When Brenda, my wife and I were engaged. She had several girlfriends, who were married with babies. Brenda loved visiting these wives with babies. During our visit, these babies always seemed to need their diapers changed. Brenda would volunteer. Then, she’d ask me if I wanted to help. My answer was always, “No.”
After our twin girls were born, the Daddy gene must have kicked in because I had no problem changing my own babies’ diapers, even though it was not my idea of having fun. Brenda was relieved. Her underlying concern was wanting me to connect with our babies.
How do you connect with your kids?
How you love the mother of your children is the foundation for all you do with your children. How you communicate with your wife will impact your family either positively or negatively for the next three to four generations. Treating our wives well gives our children security. Treating them badly creates insecurity.
If you are not married to your children’s mother. Treat her with respect whether you think she’s deserving it or not. Never speak negatively about your children’s mom in front of them. When you do, you force them to choose between her and you. That’s not fair to them. Know that your children see which parent is doing what without needing input.
I knew nothing about kids before marriage. My father died before I got married, so I asked my mentors what should I do. One said, “Invest in your children while they are small and it will pay dividends later.” He was right! My girls are now in their thirties, but they still love spending time with dad.
When I was the pastor of a church, I realized Brenda needed help getting the girls ready for church. She taught me how to braid their hair. It was a way of bonding with them.
Before they were three years old, I spent a lot of time with my girls teaching them how to shoot a basketball. One mentor told me he even though he traveled a lot, that he never missed his children’s events. That registered with me and I worked hard to do that.
Wives and children spell love T-I-M-E! Quality time comes out of quantity time! Don’t ever forget that. This is critical when your children are teenagers! During these quantity times with your kids, see it as an opportunity to get to know them better. Ask questions, but not “yes-no” questions. Don’t be afraid of silence.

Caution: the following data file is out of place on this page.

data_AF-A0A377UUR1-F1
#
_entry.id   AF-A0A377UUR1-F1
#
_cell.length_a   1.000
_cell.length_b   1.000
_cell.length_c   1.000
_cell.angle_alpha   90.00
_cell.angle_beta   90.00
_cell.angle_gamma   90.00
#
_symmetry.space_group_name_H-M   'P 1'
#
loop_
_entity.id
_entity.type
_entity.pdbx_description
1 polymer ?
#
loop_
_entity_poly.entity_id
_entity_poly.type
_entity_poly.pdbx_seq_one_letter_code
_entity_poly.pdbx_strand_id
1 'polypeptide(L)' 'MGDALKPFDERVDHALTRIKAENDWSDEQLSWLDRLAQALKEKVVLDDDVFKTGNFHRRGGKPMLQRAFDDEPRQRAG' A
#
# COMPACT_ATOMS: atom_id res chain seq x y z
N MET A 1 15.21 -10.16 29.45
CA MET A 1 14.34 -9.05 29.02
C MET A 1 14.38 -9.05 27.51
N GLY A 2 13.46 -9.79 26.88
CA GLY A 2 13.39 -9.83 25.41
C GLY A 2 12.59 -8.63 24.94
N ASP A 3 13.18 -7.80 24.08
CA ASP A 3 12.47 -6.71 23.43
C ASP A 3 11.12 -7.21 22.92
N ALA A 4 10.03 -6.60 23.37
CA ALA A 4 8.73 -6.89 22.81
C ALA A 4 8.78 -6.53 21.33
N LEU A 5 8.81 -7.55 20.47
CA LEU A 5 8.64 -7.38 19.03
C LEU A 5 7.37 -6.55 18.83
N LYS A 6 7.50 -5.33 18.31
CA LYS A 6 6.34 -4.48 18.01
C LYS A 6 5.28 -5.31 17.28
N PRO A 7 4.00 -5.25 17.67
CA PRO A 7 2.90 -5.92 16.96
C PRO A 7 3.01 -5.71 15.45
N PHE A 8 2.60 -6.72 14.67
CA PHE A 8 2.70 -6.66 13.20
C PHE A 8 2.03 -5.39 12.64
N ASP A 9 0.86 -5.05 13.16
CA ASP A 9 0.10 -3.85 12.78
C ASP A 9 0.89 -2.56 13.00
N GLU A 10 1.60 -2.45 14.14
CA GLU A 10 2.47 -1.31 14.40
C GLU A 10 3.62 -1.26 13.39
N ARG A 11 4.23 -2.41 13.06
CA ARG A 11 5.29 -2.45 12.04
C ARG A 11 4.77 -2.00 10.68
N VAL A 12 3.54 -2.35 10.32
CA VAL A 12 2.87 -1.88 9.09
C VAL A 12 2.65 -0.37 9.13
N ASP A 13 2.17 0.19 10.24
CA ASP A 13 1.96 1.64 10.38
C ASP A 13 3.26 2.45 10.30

Hug your children often! Your touch is as powerful and needed as their mom’s. Children get their sexual identity from their dad, not from their mom. When a dad is absent or passive and doesn’t touch his children, they usually become confused regarding their gender identity.
Become interested in their hobbies and interests.
Praise them when you see them doing good. When you need to criticize them, tell them three things they are doing well before criticizing them.
If your children are Christians, pray short prayers with them and have them pray. Children often pray about what is most important to them. Their prayers tell us how to parent them.
If your children are not Christ-followers, still make sure to talk with them and listen to them.
Create a safe place for your children to be able to talk with you about anything because if they don’t feel safe with you, they’ll get advice from their peers. In some cases, it needs to be okay for them to disagree with you.
The best way to create a safe place for them is by apologizing to them when you are wrong. Our apologies make us human, transparent, authentic, and approachable.
Gary Chapman’s The Five Love Languages of Children and The Five Love Languages of Teenagers are tremendous resources. Love your kids in their love language.
Dr. Jeff Shears and I co-authored What All Dads Should Know. It addresses blended families and how the biological parent and the married parents should raise the child.